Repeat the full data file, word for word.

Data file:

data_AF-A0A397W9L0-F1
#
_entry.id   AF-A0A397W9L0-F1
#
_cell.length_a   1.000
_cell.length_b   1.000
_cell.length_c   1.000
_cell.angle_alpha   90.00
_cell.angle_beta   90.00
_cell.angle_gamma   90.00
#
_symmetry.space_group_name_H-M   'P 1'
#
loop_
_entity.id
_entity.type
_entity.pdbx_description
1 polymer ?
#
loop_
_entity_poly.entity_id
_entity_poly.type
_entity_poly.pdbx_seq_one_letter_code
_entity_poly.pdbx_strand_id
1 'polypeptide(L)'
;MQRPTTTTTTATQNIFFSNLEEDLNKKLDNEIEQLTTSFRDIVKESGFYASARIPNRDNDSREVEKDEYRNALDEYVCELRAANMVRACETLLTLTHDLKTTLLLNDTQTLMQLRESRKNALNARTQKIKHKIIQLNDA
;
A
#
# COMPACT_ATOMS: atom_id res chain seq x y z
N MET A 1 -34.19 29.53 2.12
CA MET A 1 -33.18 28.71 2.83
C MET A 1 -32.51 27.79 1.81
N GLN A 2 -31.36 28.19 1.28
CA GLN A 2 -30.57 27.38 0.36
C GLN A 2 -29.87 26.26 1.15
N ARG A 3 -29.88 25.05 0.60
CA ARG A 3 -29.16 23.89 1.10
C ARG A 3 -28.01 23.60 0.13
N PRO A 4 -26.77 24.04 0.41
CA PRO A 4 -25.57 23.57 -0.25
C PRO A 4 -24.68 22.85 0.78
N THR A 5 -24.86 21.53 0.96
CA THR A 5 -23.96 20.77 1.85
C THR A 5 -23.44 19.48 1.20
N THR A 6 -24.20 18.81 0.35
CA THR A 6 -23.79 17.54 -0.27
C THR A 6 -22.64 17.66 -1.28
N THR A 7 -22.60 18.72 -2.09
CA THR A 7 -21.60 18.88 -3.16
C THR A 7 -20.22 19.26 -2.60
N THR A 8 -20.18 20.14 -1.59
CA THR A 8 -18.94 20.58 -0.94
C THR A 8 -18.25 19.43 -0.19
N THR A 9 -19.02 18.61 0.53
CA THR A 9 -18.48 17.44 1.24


data_AF-A0A397W9L0-F1
#
_entry.id   AF-A0A397W9L0-F1
#
_cell.length_a   1.000
_cell.length_b   1.000
_cell.length_c   1.000
_cell.angle_alpha   90.00
_cell.angle_beta   90.00
_cell.angle_gamma   90.00
#
_symmetry.space_group_name_H-M   'P 1'
#
loop_
_entity.id
_entity.type
_entity.pdbx_description
1 polymer ?
#
loop_
_entity_poly.entity_id
_entity_poly.type
_entity_poly.pdbx_seq_one_letter_code
_entity_poly.pdbx_strand_id
1 'polypeptide(L)'
;MQRPTTTTTTATQNIFFSNLEEDLNKKLDNEIEQLTTSFRDIVKESGFYASARIPNRDNDSREVEKDEYRNALDEYVCELRAANMVRACETLLTLTHDLKTTLLLNDTQTLMQLRESRKNALNARTQKIKHKIIQLNDA
;
A
#
# COMPACT_ATOMS: atom_id res chain seq x y z
N MET A 1 -34.19 29.53 2.12
CA MET A 1 -33.18 28.71 2.83
C MET A 1 -32.51 27.79 1.81
N GLN A 2 -31.36 28.19 1.28
CA GLN A 2 -30.57 27.38 0.36
C GLN A 2 -29.87 26.26 1.15
N ARG A 3 -29.88 25.05 0.60
CA ARG A 3 -29.16 23.89 1.10
C ARG A 3 -28.01 23.60 0.13
N PRO A 4 -26.77 24.04 0.41
CA PRO A 4 -25.57 23.57 -0.25
C PRO A 4 -24.68 22.85 0.78
N THR A 5 -24.86 21.53 0.96
CA THR A 5 -23.96 20.77 1.85
C THR A 5 -23.44 19.48 1.20
N THR A 6 -24.20 18.81 0.35
CA THR A 6 -23.79 17.54 -0.27
C THR A 6 -22.64 17.66 -1.28
N THR A 7 -22.60 18.72 -2.09
CA THR A 7 -21.60 18.88 -3.16
C THR A 7 -20.22 19.26 -2.60
N THR A 8 -20.18 20.14 -1.59
CA THR A 8 -18.94 20.58 -0.94
C THR A 8 -18.25 19.43 -0.19
N THR A 9 -19.02 18.61 0.53
CA THR A 9 -18.48 17.44 1.24